Session: 651. Multiple Myeloma and Plasma Cell Dyscrasias: Basic and Translational: Poster III
Hematology Disease Topics & Pathways:
Fundamental Science, Research, Plasma Cell Disorders, genomics, Diseases, Lymphoid Malignancies, Biological Processes
Recently, our lab developed the first genetically engineered NrasQ61R; Myc-driven myeloma model (VQ myeloma). This so-called VQ model shows characteristics representative of hrMM. In our initial study, five lines of VQ myeloma were isolated from primary mice (VQ-D1 through VQ-D5). In four of these VQ lines (VQ-D1, D2, D4, and D5), we established survival of recipient mice transplanted with donor VQ cells and carried out bulk RNA-Seq analysis. Finally, we established two VQ cell lines from two VQ-D2 recipients, so-called VQ 4935 and 4938.
Although all VQ cells are driven by MYC dysregulation and RAS hyperactivation, different lines display distinct patterns of extramedullary disease, antibody sub-type, and survival. However, the genetic and/or transcriptional bases for these phenotypic differences remain elusive. Additionally, what subtypes of hrMM they may individually represent (if any) are unknown. In the current study, we aim to address these questions through the molecular characterization of five primary VQ lines using B cell receptor (BCR) heavy chain repertoire sequencing, whole exome sequencing, copy number variation analysis, and RNA-Seq.
Results showed BCR amplicons that were either clonal or oligoclonal with a dominant clone present in the four primary VQ lines. With the exception of the VQ 4935 cell line, BCR repertoire analysis showed relatively low rates of somatic hypermutation (SHM) in VQ cells compared to human myeloma, with mutation frequencies ≤3.0%. Although median SHM frequency was slightly higher in Cluster I VQ (VQ-D2/D5), there was no significant correlation with median survival of different VQ lines.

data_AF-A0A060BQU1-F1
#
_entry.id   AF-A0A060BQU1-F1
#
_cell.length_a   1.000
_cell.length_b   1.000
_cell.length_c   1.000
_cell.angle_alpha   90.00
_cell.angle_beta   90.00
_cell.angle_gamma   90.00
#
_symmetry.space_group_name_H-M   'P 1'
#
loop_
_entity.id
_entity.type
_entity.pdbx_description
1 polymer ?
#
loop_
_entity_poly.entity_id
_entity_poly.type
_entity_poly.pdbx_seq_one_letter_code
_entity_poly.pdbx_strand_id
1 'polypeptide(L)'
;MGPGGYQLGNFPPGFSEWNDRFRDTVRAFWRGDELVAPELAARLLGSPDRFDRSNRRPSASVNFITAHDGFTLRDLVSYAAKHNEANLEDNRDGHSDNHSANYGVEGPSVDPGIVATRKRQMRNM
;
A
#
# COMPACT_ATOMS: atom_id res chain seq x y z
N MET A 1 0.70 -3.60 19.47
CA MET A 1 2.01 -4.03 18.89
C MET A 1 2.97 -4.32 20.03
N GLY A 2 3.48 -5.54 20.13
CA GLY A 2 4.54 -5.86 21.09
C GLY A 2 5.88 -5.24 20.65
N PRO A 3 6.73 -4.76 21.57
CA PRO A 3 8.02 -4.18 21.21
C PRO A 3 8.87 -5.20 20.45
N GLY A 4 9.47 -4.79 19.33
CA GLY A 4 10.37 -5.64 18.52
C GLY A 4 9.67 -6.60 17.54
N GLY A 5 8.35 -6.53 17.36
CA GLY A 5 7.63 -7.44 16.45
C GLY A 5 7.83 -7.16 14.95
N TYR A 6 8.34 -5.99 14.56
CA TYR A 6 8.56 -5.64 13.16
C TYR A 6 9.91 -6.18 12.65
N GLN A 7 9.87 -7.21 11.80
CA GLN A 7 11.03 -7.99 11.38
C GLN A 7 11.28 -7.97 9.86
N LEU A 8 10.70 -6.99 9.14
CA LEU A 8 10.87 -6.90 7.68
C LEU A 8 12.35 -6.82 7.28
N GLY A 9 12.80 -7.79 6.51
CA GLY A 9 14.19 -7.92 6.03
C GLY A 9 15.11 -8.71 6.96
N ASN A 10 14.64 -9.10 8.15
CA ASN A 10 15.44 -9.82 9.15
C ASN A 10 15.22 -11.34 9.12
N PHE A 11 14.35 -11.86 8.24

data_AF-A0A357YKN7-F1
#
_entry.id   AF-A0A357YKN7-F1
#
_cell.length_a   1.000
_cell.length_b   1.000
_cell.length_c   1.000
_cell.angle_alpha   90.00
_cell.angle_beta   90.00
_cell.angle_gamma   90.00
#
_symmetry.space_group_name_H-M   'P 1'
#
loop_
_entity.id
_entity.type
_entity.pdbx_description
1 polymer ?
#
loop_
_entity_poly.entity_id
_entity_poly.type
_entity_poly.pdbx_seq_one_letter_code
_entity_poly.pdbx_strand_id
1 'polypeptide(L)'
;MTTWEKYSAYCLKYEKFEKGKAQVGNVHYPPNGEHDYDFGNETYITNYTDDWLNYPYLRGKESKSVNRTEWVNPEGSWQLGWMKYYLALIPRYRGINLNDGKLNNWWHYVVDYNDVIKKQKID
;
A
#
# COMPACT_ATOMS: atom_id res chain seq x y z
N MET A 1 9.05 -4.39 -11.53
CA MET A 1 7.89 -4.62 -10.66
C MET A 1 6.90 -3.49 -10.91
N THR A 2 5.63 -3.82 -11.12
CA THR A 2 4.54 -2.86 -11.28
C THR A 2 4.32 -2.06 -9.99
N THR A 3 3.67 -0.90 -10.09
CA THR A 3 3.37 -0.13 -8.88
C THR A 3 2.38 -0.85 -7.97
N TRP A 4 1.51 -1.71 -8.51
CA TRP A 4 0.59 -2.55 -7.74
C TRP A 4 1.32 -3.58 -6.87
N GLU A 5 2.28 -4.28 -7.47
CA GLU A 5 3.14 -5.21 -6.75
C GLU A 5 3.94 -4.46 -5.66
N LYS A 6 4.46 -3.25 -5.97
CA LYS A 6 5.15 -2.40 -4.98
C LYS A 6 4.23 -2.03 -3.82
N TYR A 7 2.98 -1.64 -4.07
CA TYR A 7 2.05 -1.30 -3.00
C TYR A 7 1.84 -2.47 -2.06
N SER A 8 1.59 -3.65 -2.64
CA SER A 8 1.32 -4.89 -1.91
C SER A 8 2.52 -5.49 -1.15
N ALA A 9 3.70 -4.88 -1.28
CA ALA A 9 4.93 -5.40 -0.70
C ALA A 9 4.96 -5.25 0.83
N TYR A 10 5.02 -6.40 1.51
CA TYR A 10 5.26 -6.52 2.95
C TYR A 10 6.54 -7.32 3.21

WES of five primary VQ lines identified 11 recurrently mutated genes. Human orthologs of two of these genes, FAT4 and SP140, have been identified as recurrently mutated in numerous MM patient sequencing studies. STRING and RNAseq analyses suggest that Fat4 serves a passenger role in MM progression, while Sp140 plays a role in interferon signaling in VQ cells.
We performed CNV analysis in five VQ lines and identified two recurrent, mutually exclusive events: amplification of chr3, which was present in Cluster I (VQ-D2, D3, and D5), and monosomy chr5, which was present in Cluster II (VQ-D1 and D4). CNVs identified in the VQ model include several tumor suppressor genes and oncogenes that are highly relevant for MM pathogenesis. Notably, chr3 includes the proto-oncogene Nras and the tumor suppressor Fam46c, while Chr5 includes Cdk6, Fgfr3, and Mmset. Based on RNAseq analysis, we found that gene copy numbers do not necessarily correlate with mRNA levels in VQ cells, suggesting that additional epigenetic mechanisms play an important role in controlling gene expression.
Transcriptional analysis of RNAseq data via unsupervised hierarchical clustering, tSNE and PCA analyses revealed that VQ myeloma lines cluster into two distinct transcriptional subtypes corresponding to the presence of recurrent CNVs. Extensive pathway analysis showed that Cluster I VQ was enriched for cancer growth pathways and hrMM gene signatures compared to Cluster II and t-VĸMyc (Vk12653), while Cluster II was enriched for NF-ĸB signaling and overexpressed genes associated with bortezomib (Btz) response in human MM. Consequently, in sharp contrast to Cluster II VQ cells that showed short-term response to Btz, Cluster I VQ cells were de novo resistant to Btz in vivo. Our study provides insights into the heterogeneity of VQ lines and highlights Cluster I VQ lines as highly representative of human hrMM.
Disclosures: Patnaik: Kura Oncology, Stem Line Pharmaceuticals: Research Funding.
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